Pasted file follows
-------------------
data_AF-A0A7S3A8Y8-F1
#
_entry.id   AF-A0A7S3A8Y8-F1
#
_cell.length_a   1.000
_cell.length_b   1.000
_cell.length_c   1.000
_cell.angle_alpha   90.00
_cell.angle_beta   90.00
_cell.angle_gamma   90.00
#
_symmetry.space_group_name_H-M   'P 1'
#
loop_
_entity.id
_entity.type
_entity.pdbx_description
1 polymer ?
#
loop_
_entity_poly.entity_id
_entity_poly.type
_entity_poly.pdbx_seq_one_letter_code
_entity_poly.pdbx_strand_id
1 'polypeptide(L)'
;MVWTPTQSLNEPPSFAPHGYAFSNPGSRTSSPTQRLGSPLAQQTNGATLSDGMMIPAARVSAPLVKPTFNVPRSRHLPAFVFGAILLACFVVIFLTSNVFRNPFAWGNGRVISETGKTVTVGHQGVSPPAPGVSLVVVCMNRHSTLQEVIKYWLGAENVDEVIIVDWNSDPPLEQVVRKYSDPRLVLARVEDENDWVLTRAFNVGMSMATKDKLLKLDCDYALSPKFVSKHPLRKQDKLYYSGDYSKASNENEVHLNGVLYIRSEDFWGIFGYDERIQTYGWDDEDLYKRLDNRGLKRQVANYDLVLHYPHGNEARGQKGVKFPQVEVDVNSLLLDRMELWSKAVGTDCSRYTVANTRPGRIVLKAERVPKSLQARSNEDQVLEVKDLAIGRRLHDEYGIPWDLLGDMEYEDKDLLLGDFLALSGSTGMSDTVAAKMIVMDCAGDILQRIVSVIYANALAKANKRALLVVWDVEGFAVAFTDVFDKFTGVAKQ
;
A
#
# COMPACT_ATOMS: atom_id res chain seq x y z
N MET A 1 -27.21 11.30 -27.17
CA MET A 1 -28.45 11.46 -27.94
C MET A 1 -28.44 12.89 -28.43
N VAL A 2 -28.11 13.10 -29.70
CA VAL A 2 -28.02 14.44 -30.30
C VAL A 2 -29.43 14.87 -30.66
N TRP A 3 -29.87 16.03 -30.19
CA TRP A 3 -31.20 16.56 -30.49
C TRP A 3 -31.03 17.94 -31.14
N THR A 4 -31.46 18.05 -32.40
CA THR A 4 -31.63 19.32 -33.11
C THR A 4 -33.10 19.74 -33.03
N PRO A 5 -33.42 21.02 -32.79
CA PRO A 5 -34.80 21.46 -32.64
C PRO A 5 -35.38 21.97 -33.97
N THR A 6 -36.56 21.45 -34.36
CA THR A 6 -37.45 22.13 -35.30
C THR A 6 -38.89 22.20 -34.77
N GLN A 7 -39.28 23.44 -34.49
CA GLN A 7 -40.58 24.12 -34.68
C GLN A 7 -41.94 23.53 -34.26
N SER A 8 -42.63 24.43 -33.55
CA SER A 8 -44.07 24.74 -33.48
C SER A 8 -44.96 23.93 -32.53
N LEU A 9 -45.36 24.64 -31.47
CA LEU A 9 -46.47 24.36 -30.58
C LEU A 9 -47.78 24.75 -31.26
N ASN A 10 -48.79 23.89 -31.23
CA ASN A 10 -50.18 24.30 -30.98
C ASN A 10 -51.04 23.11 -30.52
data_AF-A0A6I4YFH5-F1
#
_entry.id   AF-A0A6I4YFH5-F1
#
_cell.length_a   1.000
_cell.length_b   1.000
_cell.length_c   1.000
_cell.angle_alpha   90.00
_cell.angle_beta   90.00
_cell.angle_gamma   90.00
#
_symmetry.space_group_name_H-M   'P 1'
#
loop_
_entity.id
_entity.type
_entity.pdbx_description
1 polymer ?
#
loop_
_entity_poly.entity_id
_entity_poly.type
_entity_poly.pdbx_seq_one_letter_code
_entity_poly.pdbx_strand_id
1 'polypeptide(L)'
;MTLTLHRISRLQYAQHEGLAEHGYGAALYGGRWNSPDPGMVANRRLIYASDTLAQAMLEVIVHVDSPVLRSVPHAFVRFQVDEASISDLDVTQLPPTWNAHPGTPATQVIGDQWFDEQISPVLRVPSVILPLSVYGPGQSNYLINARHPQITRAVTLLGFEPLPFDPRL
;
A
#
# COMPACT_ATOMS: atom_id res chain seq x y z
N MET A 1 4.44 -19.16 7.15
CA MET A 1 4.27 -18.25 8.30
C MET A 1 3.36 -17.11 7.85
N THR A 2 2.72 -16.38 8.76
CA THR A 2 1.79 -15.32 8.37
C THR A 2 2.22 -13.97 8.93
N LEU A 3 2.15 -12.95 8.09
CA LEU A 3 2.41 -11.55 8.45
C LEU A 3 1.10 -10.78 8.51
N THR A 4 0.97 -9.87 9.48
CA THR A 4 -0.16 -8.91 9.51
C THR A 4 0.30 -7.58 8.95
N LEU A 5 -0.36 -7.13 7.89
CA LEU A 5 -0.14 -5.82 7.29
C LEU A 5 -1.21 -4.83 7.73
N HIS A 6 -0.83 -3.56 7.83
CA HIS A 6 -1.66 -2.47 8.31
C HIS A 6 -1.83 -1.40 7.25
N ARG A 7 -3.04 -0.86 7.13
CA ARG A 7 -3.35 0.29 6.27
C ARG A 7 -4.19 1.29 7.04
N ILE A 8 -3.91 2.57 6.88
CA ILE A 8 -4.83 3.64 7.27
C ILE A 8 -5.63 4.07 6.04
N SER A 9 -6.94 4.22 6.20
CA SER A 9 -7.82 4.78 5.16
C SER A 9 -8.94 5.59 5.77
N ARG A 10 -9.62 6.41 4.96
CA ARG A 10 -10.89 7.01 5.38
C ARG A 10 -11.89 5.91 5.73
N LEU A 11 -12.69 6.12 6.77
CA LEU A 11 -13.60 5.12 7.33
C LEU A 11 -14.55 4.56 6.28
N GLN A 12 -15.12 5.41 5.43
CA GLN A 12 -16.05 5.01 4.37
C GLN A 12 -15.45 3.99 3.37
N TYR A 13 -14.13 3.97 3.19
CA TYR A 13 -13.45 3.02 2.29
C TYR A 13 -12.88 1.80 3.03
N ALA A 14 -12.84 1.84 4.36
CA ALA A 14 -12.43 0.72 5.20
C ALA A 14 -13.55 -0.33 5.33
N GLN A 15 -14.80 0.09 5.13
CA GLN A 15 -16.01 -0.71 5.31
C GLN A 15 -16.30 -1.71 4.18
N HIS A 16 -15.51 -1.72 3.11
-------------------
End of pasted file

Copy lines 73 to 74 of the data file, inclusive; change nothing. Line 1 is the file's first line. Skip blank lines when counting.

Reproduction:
#
loop_